}

=cut

sub brconvergent
{
my \$self = shift;
my(\$terms) = @_;

my(\$n, \$d) = \$self->convergent(\$terms);
return Math::BigRat->new(\$n, \$d);
}

Returns the fraction formed by calculating the rational approximation
of the continued fraction at a stopping point, and returning the
numerator and denominator.

Convergent term counts begin at 1. Continued fractions with a repeating
component can effectively have a term count as high as you like. Finite
continued fractions will stop at the end of the sequence without warning.

#
# Find the ratios that approximate pi.
#
# The array stops at seven elements for simplicity's sake,
# the sequence actually does not end.
#
my \$cfpi = Math::ContinuedFraction([3, 7, 15, 1, 292, 1, 1]);

for my \$j (1..4)
{
my(\$n, \$d) = cfpi->convergent(\$j);
print \$n->bstr() . "/". \$d->bstr() . "\n";
}

The values returned are objects of type Math::BigInt.

(\$numerator, \$denominator) = \$cf->convergent(\$nth);

Get the fraction for the continued fraction at the nth term.

=cut

sub convergent
{
my \$self = shift;
my(\$terms) = @_;
my(\$repetitions, \$remainder) = (0, 0);
my(\$sl, \$rl) = \$self->sequence_length();

#
### \$terms
### \$sl
### \$rl
#
my \$n = Math::BigInt->new(0);
my \$d = Math::BigInt->new(1);

\$terms = \$sl + \$rl unless (\$terms);
\$terms = \$sl if (\$terms > \$sl and \$rl == 0);

if (\$terms > \$sl)
{
\$repetitions = int((\$terms - \$sl) / \$rl);
\$remainder = (\$terms - \$sl) % \$rl;

#
### \$repetitions
### \$remainder
#
if (\$remainder > 0)
{
my @remaining = (@{ \$self->{repeat_a} }[0..\$remainder]);
(\$n, \$d) = \$self->evaluate(\@remaining, \$n, \$d);
}

for (1..\$repetitions)
{
(\$n, \$d) = \$self->evaluate(\$self->{repeat_a}, \$n, \$d);
}

return reverse \$self->evaluate(\$self->{simple_a}, \$n, \$d);
}

my @partial = @{ \$self->{simple_a} }[0..\$terms];
return reverse \$self->evaluate(\@partial, \$n, \$d);
}

sub evaluate
{
my \$self = shift;
my(\$sequence, \$n, \$d) = @_;

#
### \$sequence
### \$n
### \$d
#
# Add on the next group of continued fraction terms.
#
#  a0 + 1
#       ------
#       a1 + 1
#            ------
#            a2 + n
#                 ---
#                 d
#
foreach my \$a_k (reverse @\$sequence)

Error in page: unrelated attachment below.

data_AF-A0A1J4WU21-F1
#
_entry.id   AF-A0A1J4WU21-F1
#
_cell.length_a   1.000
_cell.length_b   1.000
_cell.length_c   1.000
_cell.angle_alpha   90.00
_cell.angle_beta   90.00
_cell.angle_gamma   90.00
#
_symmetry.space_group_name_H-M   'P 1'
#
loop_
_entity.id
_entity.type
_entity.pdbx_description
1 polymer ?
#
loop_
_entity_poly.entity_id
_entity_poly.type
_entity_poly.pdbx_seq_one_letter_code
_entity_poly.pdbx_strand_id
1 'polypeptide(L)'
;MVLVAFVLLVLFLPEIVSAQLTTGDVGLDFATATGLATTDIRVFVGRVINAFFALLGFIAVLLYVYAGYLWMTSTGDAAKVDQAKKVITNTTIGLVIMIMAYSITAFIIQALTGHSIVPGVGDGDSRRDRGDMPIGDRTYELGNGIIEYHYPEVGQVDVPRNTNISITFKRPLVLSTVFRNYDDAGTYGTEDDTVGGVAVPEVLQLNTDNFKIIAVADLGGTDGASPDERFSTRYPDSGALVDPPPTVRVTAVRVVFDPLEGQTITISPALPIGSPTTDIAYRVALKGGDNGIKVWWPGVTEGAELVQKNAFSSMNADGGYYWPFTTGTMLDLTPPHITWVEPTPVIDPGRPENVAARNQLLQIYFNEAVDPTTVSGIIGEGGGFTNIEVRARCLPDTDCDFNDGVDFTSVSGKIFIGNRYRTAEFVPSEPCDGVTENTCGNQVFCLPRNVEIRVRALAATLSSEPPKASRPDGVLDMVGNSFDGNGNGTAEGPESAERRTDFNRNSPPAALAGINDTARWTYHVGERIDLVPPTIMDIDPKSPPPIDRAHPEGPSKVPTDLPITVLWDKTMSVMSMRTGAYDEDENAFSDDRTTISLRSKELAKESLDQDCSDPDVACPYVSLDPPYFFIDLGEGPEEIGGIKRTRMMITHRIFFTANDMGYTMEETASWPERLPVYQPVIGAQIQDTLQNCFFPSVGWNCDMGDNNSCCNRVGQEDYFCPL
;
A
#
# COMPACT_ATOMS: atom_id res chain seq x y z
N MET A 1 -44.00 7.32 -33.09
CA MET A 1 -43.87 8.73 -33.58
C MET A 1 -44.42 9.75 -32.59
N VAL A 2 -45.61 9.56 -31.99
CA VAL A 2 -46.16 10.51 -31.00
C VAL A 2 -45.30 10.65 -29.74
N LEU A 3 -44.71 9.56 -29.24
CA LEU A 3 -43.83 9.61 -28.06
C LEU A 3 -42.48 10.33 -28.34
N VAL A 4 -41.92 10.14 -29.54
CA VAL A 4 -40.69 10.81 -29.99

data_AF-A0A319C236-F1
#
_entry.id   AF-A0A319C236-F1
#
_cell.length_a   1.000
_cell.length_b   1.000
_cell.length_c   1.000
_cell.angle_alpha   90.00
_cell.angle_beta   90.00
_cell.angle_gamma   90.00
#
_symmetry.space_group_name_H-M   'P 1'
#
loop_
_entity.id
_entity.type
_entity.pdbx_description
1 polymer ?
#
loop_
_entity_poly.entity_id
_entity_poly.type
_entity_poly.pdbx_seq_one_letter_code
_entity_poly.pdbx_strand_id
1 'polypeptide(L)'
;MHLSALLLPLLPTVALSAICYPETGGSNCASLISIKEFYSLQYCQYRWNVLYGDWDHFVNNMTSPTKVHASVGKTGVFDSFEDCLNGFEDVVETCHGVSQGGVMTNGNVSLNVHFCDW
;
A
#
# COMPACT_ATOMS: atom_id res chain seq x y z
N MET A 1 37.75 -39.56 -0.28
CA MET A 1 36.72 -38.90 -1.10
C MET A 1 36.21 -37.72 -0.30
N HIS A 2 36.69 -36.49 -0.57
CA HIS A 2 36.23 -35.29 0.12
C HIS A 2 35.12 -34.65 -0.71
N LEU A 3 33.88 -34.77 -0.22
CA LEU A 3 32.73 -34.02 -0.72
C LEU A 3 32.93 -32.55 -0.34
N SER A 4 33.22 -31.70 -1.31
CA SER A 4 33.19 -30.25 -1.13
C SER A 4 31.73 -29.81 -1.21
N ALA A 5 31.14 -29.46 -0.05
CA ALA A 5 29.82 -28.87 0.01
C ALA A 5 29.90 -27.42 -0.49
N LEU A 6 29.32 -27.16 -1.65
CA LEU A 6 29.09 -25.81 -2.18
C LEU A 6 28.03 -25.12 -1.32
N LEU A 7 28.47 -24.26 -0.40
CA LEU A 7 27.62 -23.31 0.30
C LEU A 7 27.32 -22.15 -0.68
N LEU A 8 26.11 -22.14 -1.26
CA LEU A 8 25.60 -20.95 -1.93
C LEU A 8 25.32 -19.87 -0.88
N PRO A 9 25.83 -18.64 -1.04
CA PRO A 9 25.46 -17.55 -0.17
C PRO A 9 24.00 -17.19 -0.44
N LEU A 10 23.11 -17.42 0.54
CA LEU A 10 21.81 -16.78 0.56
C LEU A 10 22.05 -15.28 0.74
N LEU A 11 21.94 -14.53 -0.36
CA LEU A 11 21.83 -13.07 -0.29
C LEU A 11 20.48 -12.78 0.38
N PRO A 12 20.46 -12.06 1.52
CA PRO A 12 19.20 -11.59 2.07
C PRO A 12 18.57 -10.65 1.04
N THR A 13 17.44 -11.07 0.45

{
\$n += \$d * \$a_k;
(\$n, \$d) = (\$d, \$n);	# Reciprocal
}

return (\$n, \$d);
}

Returns an array reference that can be used to create a continued
fraction (see L</new()>).

my \$cf = Math::ContinuedFraction->from_ratio(0xfff1, 0x7fed);
my \$aref = \$cf->to_array()
my \$cf2 = Math::ContinuedFraction->new(\$aref);

=cut

sub to_array
{
my \$self = shift;
my \$v = \$self->{simple_a};
push @{ \$v }, \$self->{repeat_a} if (\$self->{repeat_a});

return \$v;
}

Returns the string form of the array reference.

my \$cf = Math::ContinuedFraction->from_ratio(0xfff1, 0x7fed);
print \$cf->to_ascii(), "\n";

Returns C<[2, 1432, 1, 6, 1, 2]>.

=cut

sub to_ascii
{
my \$self = shift;
my \$cf = '[' . join(", ", @{ \$self->{simple_a} });
\$cf .= ', [' . join(", ", @{ \$self->{repeat_a} }) . ']' if (\$self->{repeat_a});
return \$cf .']';
}

#
#
#
{
my \$self = shift;
}

sub subt
{
my \$self = shift;
}

sub mult
{
my \$self = shift;
}

sub div
{
my \$self = shift;
}

#
# \$class->_copy(\$self);
#
# Duplicate the continued fraction object.
#
sub _copy
{
my(\$other, \$self) = @_;

#
# Direct copy of all keys, except for our arrays, which
# we'll do with a deeper copy.
#
foreach my \$k (grep(\$_ !~ /simple|repeat/, keys %{\$other}))
{
\$self->{\$k} = \$other->{\$k};
}

\$self->{simple_a} = [ @\$other->{simple_a} ];
\$self->{repeat_a} = (\$other->{repeat_a})? [ @\$other->{repeat_a} ]: undef;

return \$self;
}

1;
__END__

=pod

Olds, C. D. I<Continued Fractions>. New York: Random House, 1963.

This program is free software; you can redistribute it and/or modify it
under the terms of either: the GNU General Public License as published
by the Free Software Foundation; or the Artistic License.